The schoolrooms were the place where Margie’s and Tommy’s mechanical teachers were kept. It was right next to their bedrooms. They could learn different subjects through the mechanical teacher and also read as many books as they desired by reading them out from the screen that popped the text for them. They attended school regularly at the same time every day except Saturday and Sunday.

2. Why did Margie hate school? Why did she think the old kind of school must have been fun?
Ans: Margie hated school for various reasons. The mechanical teacher used to give Margie homeworks and tests continuously to check the understanding of Margie. However, she did not like taking tests. It can also be told from the story that she did not enjoy the process of how the mechanical teacher teaches the subjects monotonously while she sat there listening to it.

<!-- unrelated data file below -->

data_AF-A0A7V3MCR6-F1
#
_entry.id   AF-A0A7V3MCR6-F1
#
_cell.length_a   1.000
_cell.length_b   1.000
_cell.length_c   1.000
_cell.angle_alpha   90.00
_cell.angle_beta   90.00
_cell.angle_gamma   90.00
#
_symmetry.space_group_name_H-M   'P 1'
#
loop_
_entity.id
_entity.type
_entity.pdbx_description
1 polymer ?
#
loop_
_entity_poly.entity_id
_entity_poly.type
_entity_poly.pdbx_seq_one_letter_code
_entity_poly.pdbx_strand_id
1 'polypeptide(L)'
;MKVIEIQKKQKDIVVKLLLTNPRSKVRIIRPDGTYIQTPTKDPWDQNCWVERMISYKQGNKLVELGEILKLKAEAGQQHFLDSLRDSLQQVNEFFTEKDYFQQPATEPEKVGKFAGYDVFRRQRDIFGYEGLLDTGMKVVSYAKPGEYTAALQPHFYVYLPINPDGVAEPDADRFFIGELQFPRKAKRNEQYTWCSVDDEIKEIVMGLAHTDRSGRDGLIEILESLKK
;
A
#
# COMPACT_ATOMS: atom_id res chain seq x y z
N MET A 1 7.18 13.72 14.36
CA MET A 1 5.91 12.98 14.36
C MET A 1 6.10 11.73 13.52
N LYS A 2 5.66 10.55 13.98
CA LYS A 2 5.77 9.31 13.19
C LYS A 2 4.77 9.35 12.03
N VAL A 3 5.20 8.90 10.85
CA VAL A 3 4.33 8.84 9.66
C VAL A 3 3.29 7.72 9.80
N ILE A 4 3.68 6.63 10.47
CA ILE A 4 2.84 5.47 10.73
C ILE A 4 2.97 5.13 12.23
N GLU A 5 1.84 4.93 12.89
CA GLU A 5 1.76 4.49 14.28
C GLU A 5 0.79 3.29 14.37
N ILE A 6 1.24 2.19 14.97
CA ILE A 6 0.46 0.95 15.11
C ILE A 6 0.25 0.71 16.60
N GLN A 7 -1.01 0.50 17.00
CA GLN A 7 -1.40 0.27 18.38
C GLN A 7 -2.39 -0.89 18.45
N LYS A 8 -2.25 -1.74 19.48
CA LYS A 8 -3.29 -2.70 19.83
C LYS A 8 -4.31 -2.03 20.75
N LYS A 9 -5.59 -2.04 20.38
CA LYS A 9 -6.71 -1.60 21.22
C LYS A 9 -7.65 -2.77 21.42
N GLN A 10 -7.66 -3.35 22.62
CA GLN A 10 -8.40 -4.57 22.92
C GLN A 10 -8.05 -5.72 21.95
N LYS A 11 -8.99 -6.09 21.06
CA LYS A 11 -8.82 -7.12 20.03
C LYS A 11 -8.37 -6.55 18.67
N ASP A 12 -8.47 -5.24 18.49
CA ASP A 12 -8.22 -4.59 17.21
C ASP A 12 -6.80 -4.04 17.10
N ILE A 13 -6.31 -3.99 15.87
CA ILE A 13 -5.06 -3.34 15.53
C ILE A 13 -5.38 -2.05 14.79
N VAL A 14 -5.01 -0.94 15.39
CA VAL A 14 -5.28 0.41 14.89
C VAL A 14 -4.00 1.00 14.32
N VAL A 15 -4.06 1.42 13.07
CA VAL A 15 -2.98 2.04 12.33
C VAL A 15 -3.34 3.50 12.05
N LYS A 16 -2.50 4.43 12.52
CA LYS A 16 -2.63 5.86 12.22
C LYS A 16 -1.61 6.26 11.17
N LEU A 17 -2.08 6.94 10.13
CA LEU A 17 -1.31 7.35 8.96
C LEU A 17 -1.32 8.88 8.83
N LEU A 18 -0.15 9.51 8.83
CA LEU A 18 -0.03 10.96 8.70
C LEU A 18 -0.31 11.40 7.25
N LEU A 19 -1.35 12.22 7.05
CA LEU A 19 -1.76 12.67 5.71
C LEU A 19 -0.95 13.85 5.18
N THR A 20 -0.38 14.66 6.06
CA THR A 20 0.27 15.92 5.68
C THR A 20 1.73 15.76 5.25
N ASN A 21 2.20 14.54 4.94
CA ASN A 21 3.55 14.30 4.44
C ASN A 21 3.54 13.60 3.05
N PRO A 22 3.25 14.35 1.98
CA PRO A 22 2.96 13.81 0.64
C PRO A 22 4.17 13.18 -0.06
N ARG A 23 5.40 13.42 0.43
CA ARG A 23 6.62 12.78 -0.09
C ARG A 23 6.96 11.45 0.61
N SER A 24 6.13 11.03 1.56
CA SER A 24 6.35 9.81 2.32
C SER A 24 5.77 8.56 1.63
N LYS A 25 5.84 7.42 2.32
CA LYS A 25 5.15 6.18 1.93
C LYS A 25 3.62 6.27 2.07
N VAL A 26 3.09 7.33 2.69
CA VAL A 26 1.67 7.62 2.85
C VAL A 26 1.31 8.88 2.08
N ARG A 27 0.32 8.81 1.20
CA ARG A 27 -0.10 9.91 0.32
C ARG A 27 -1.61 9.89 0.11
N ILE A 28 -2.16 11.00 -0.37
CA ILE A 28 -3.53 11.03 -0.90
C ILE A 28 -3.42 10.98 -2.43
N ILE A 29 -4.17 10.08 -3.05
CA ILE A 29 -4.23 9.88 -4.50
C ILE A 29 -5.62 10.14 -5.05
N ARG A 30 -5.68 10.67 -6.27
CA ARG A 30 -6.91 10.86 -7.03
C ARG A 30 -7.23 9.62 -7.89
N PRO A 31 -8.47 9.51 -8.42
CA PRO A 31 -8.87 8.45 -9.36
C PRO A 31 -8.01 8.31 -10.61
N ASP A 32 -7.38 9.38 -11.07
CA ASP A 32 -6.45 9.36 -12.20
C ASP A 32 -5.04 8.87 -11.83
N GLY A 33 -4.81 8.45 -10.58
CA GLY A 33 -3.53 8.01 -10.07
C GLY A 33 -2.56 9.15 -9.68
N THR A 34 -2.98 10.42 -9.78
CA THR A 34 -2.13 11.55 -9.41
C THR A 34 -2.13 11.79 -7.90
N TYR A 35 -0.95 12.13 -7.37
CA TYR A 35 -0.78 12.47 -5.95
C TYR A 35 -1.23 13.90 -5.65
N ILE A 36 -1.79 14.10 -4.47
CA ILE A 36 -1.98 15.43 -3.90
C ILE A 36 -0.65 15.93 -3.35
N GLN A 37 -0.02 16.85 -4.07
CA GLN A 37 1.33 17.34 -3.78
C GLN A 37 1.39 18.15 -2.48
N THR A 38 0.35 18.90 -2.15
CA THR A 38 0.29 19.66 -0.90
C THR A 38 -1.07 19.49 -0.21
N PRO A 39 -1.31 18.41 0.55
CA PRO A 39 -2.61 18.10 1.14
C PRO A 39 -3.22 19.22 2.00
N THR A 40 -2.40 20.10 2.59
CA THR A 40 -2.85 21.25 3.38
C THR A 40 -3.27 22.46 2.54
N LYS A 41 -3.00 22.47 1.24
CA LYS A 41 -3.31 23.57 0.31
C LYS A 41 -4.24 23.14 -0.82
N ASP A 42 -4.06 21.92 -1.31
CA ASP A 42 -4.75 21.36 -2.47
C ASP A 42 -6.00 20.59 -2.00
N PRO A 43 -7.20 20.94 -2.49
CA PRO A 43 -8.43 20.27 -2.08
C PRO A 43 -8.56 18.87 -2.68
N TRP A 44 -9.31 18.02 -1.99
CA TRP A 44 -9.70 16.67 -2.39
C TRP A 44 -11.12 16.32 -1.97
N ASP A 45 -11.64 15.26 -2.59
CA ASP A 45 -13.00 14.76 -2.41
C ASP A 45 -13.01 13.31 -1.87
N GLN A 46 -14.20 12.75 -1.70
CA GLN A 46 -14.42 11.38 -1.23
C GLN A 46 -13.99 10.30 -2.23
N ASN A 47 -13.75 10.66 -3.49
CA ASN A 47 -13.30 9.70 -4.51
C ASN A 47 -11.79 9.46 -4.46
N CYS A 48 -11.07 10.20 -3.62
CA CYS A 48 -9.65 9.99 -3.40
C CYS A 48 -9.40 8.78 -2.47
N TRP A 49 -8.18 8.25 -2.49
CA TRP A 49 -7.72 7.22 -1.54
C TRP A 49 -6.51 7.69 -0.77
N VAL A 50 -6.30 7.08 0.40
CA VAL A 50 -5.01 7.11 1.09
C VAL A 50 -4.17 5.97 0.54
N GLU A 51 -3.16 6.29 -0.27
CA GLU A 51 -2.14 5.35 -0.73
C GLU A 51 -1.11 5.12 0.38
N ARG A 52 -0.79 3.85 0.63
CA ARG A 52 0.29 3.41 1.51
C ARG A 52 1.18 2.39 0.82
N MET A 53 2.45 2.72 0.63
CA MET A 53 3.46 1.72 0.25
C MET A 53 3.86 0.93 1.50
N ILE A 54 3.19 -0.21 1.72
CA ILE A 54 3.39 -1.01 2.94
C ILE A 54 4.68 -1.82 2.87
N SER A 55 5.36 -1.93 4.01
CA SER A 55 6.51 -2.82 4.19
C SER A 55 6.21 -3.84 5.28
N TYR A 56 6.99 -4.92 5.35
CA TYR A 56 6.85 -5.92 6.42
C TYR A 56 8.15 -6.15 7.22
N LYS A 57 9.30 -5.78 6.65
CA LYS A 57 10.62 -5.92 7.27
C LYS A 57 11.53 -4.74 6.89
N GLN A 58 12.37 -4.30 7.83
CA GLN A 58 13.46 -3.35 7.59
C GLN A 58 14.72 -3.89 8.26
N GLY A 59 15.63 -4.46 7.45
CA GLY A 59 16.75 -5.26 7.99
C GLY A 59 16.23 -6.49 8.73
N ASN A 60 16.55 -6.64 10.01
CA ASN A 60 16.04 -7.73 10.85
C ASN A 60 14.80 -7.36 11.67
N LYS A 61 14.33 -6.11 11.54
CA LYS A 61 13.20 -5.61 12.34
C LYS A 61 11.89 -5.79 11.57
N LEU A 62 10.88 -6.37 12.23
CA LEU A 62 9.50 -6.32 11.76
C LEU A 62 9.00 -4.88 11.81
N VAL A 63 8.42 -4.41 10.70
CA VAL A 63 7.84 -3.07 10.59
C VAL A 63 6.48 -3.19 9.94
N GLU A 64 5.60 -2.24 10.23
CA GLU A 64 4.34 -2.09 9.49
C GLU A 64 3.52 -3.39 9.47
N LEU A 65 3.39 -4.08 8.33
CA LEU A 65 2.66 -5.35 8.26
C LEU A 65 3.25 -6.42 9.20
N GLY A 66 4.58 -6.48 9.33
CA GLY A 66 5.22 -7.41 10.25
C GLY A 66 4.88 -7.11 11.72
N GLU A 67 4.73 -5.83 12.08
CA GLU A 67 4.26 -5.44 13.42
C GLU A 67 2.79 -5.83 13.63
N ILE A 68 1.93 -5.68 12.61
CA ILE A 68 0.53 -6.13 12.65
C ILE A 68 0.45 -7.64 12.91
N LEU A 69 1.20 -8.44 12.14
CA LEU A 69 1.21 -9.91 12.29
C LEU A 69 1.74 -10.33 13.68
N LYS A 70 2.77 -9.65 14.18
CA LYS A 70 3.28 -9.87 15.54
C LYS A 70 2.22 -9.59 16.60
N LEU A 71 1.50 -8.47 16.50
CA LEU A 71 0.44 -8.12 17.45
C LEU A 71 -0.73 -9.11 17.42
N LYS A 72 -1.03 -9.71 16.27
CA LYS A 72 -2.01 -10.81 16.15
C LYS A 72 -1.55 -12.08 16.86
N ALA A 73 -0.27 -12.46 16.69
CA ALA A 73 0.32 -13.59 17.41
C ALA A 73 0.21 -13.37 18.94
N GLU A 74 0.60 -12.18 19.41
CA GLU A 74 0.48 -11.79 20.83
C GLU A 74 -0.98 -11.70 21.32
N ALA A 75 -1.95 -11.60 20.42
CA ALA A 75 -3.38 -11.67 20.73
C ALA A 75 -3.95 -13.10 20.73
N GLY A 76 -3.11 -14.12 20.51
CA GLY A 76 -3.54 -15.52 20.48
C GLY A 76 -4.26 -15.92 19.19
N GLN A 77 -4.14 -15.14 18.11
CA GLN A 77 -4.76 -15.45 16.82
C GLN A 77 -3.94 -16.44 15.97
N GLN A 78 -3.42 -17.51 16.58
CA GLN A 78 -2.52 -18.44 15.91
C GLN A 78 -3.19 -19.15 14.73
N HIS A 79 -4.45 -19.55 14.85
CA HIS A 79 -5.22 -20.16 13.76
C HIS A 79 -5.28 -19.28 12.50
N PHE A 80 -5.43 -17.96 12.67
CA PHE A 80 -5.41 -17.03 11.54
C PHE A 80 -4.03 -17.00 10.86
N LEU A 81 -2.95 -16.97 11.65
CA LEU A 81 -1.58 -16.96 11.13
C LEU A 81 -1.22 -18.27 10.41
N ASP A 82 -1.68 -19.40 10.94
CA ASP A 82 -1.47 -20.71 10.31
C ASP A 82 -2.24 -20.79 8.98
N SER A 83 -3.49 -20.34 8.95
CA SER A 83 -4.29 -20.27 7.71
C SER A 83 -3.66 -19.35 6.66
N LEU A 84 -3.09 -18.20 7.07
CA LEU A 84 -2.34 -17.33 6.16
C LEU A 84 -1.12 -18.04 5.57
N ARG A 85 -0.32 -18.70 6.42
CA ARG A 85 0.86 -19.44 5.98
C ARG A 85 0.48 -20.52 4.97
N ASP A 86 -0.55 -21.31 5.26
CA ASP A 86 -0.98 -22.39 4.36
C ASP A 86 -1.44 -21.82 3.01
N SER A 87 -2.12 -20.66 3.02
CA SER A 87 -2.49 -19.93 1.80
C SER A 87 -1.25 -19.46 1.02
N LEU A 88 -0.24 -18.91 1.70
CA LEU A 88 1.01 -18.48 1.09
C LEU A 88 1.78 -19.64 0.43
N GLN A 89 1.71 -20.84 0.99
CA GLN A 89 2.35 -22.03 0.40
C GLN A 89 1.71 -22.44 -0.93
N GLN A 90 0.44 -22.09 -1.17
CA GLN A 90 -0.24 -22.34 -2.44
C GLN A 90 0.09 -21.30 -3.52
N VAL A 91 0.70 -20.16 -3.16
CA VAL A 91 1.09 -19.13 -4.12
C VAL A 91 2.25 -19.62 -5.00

Margie thought that the old kind of school must have been more fun because all the children from the neighbourhood came, laughing and shouting in the school yard, sitting together in the schoolroom and going home together at the end of the day. Learning the same thing could also be helpful for one another and to talk about it and do their homeworks together.

3. Do you agree with Margie that schools today are more fun than the school in the story? Give reasons for your answer.
Ans: In any situation there can be a positive and a negative side to it. Based on the story it seems fun for us right now to have school in that manner with a mechanical teacher because it will be better for every child to learn at their own speed, in their own houses and at the time of their convenience. The effect of such classrooms could also have a great impact on the environment in saving from wasting paper and resources like that unnecessarily.